Androgenetic alopecia, or female pattern baldness, is the most common cause of female hair loss, but it can also be the result of a number of factors or health concerns and the success of treatment depends on a correct diagnosis. This may involve certain tests by your personal physician as there are a number of underlying medical conditions that cause hair loss as an unfortunate side effect, such as an underactive thyroid, iron deficiency, or anaemia.
Here we take a look at some of the main hair loss conditions affecting women:
Hormone-Related Hair Loss
The hormonal changes that occur during the menopause are often a trigger for increased hair shedding. Other hormone-related conditions that can cause hair loss include polycystic ovary syndrome, which affects approximately 10 per cent of women
This form of hair loss is usually temporary. Every single hair follicle is in its individual growth cycle of growth, rest and shedding. Typically, you’ll lose approximately 100 hairs a day from all over the scalp so you’re never left with any noticeable patches of hair loss. However, certain events can shock the body, causing more hair follicles than normal to move from the growth to resting phase.
The resting stage is known as the telogen phase and lasts about three months, which is why you will commonly see a marked, noticeable amount of hair loss approximately three months after the trigger occurs. This can be a stressful event or illness, although another common cause of telogen effluvium is childbirth which is why you often see hair loss after pregnancy.
Fortunately, telogen effluvium is usually temporary and normal hair growth should resume once the stressor has been removed.
Diffuse Hair Loss
Also known as chronic telogen effluvium, this is prolonged thinning of the hair. The growth cycle of the hair has been affected but doesn’t resolve because the underlying cause has not been addressed. Our hair loss experts will be able to discuss any concerns or ongoing health conditions that you may be suffering from, including stress and anxiety, thyroid problems or anaemia. Ongoing hair loss can also be a side effect of many commonly prescribed medications.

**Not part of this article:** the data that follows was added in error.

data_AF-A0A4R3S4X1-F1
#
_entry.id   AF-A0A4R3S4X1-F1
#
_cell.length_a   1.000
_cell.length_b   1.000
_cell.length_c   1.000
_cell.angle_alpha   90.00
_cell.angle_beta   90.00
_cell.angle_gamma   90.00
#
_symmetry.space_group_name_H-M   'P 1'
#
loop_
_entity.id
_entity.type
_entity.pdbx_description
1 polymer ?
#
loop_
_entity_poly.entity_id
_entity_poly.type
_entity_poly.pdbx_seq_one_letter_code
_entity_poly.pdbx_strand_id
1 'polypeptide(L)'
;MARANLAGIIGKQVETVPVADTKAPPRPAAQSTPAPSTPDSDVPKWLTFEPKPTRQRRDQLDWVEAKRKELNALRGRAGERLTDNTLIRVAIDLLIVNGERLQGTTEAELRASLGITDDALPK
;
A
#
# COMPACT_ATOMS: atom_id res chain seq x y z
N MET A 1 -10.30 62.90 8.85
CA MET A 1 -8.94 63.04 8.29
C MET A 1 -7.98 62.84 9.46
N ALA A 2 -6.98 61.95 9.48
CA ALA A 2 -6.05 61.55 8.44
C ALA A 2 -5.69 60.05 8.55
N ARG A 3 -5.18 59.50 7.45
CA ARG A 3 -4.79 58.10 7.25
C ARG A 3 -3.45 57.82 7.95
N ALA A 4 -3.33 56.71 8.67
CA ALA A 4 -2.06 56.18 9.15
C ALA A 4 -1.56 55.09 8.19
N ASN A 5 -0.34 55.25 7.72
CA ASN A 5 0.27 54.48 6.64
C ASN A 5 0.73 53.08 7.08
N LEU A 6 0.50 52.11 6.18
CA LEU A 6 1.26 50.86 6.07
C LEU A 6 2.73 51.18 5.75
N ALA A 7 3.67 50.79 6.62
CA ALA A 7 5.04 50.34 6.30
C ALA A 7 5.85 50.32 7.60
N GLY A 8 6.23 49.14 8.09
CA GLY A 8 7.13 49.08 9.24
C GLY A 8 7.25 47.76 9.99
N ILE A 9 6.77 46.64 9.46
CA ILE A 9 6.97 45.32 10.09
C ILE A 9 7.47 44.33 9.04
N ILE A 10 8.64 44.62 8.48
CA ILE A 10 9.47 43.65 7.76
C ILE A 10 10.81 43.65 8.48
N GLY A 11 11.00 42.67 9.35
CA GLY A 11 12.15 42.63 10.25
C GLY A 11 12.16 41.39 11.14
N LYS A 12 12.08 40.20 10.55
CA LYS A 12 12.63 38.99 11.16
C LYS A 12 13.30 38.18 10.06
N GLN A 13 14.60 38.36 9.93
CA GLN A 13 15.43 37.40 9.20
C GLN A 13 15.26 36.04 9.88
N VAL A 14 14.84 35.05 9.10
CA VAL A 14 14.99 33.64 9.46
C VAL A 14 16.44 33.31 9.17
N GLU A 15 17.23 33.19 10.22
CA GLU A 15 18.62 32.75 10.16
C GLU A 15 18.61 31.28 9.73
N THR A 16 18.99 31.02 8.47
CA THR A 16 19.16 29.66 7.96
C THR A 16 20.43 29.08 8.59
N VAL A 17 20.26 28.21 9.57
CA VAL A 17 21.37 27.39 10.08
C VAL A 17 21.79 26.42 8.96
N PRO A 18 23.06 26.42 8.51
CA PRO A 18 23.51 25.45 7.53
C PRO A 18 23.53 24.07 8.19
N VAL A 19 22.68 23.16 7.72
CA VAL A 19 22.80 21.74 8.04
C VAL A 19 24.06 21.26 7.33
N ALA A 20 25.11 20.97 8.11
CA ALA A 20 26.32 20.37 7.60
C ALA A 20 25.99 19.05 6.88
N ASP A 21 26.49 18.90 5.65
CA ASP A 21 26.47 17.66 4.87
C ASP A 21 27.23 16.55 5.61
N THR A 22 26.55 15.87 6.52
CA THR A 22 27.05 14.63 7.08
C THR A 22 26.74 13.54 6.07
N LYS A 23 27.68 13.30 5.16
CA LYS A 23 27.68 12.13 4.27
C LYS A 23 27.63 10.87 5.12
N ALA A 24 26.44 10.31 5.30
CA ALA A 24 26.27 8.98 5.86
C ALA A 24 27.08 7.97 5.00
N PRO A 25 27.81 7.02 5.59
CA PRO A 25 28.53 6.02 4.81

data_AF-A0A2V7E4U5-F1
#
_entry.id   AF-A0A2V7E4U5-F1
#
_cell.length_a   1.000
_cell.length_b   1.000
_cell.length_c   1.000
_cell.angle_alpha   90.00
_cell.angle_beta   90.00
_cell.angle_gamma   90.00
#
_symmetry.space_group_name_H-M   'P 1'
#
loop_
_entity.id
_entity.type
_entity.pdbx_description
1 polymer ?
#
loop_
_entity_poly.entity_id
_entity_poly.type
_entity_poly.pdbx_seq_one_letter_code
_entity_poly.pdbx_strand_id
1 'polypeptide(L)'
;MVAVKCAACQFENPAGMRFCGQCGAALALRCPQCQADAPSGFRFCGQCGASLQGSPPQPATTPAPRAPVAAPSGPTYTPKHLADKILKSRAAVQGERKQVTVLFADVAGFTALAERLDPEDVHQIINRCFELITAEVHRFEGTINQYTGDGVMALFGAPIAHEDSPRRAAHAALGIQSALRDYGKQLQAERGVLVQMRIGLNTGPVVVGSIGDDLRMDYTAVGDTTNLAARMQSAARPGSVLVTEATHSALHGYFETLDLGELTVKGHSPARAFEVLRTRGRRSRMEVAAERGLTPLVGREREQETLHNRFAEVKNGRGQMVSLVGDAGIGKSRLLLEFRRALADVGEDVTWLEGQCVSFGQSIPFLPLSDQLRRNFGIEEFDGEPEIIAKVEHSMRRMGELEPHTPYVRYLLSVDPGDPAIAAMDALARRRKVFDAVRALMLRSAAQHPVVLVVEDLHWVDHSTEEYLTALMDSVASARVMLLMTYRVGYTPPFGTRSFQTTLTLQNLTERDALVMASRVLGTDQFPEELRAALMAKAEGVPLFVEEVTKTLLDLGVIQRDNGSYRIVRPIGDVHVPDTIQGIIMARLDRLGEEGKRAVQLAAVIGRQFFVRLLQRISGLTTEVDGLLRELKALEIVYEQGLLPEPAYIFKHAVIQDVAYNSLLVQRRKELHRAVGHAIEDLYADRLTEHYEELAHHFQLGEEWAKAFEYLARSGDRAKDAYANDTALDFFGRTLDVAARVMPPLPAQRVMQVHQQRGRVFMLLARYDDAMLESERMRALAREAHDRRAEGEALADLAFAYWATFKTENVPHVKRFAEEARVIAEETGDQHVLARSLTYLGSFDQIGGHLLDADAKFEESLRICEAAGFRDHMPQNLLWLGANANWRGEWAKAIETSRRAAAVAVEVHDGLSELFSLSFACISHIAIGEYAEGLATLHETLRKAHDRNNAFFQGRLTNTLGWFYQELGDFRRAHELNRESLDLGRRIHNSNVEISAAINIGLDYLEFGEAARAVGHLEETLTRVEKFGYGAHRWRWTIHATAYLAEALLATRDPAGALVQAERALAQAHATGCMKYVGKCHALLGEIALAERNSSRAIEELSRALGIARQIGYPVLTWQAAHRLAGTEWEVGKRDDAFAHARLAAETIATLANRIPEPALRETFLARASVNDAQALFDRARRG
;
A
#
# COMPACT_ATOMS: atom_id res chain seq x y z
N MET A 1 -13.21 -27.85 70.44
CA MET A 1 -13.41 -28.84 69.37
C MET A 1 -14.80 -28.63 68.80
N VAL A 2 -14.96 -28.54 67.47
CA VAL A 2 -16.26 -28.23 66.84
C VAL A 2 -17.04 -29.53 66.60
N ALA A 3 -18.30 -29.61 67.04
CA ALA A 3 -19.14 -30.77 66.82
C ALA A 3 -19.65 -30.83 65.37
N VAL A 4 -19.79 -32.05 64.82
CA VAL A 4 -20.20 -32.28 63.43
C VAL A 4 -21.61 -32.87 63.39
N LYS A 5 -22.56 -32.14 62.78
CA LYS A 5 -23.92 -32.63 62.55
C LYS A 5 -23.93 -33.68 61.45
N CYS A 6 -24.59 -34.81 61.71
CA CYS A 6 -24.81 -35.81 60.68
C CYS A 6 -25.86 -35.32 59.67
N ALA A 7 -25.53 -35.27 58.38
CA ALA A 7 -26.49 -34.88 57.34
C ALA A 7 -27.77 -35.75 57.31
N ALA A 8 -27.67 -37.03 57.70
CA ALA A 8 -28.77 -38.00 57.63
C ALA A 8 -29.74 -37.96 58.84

A form of hair loss affecting both men and women of all ages, alopecia areata is an autoimmune condition where the body attacks the hair follicles causing hair loss that typically presents as circular bald patches. It is usually temporary, but can reoccur at any point and in a different area of the scalp. It can also progress into total loss of hair on the scalp and the whole body.
Although alopecia areata is a hair loss condition that is difficult to predict in terms of how it presents, there is no damage to the hair follicles so they can start to behave normally at any point. However, there are a number of hair loss conditions, including Frontal Fibrosing Alopecia, that are deemed scarring alopecia because there is trauma to the hair follicles. Unfortunately, these can cause permanent hair loss in the areas affected.
This form of hair loss is caused when the hair follicles are put under a high degree of continual stress, usually due to popular hairstyles such as hair extensions, braids or weaves. Hair loss is either diffuse or isolated to specific areas if it is the result of the hair being worn in one particular hairstyle over a long period of time.